Although neurologic disorders are among the most serious acute pediatric illnesses, epidemiologic data are scarce. We sought to determine the scope and outcomes of children with these disorders in the United States.
Retrospective cohort study.
All nonfederal hospitals in 11 states encompassing 38% of the U.S. pediatric population.
Children 29 days to 19 years old hospitalized in 2005.
Using International Classification of Diseases, 9th Revision, Clinical Modification, codes, we identified admissions with neurologic diagnoses, analyzed patient and hospitalization characteristics, and generated age- and sex-adjusted national estimates. Of 960,020 admissions in the 11 states, 10.7% (103,140) included a neurologic diagnosis, which yields a national estimate of 273,900 admissions of children with neurologic diagnoses. The most common were seizures (53.9%) and traumatic brain injury (17.3%). Children with neurologic diagnoses had nearly three times greater ICU use than other hospitalized children (30.6% vs 10.6%, p < 0.001). Neurologic diagnoses were associated with nearly half of deaths (46.2%, n = 1,790). Among ICU patients, children with neurologic diagnoses had more than three times the mortality of other patients (4.8% vs1.5%, p < 0.001). Children with neurologic diagnoses had a significantly longer median hospital length of stay than other children (3 d [1, 5] vs 2 d [2, 4], p < 0.001) and greater median hospital costs ($4,630 [$2,380, $9,730] vs $2,840 [$1,520, $5,550], p < 0.001).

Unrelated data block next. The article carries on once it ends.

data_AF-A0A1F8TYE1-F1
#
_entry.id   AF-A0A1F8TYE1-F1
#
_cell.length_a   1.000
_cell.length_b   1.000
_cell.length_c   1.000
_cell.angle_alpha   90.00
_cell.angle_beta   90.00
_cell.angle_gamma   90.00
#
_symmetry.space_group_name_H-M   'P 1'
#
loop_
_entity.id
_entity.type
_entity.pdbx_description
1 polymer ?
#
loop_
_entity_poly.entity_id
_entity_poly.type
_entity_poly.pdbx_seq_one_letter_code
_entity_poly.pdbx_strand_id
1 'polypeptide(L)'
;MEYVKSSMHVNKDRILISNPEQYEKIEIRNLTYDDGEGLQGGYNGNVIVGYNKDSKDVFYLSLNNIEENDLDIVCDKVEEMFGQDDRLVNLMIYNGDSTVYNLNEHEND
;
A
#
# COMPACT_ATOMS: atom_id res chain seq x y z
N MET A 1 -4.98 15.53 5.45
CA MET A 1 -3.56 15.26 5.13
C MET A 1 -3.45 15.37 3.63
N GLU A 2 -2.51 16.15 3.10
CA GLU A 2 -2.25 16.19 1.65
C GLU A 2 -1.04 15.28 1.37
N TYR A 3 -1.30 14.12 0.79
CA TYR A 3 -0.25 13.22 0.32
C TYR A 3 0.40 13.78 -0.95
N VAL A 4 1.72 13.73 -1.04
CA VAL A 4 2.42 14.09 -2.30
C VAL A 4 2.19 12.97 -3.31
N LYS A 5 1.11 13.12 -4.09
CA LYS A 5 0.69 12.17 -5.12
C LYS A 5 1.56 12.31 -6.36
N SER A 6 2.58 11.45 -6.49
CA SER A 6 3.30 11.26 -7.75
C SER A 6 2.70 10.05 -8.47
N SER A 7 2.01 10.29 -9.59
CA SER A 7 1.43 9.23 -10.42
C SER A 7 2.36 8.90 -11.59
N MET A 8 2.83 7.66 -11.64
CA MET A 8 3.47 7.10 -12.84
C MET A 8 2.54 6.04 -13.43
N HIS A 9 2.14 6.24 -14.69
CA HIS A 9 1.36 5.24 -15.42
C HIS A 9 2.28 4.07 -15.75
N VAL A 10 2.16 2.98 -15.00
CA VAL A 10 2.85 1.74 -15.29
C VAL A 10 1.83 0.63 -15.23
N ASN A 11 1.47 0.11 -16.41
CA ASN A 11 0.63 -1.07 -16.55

Children with neurologic diagnoses account for a disproportionate amount of ICU stays and deaths compared with children hospitalized for other reasons.
1Department of Critical Care Medicine, the CRISMA Center (Clinical Research, Investigation, and Systems Modeling of Acute Illness), University of Pittsburgh, Pittsburgh, PA.
2Safar Center for Resuscitation Research, University of Pittsburgh School of Medicine, the Children’s Hospital of Pittsburgh of University of Pittsburgh Medical Center, Pittsburgh, PA.
3Division of Critical Care Medicine, Department of Pediatrics, Washington University School of Medicine, St. Louis, MO.
4ZD Associates LLC, Perkasie, PA.
This research was exempt from approval at the University of Pittsburgh.
The dataset was cleaned and coded by Ms. Moreau, Dr. Hartman, Mr. Linde-Zwirble, and Dr. Watson. Analysis and data interpretation was performed by Ms. Moreau and Dr. Watson. This article was drafted by Ms. Moreau. This article was revised by Drs. Fink, Angus, Bell, Hartman, and Watson. All authors approved of the final version.
Ms. Moreau received funding from the National Institutes of Health (NIH) T-35 Start-Up Program (#5TL1RR024155). Dr. Fink received funding from NIH. Dr. Angus received funding from NIH (NIH T-35 Start-up training grant). Dr. Watson received funding from NIH. The remaining authors have disclosed that they do not have any potential conflicts of interest.
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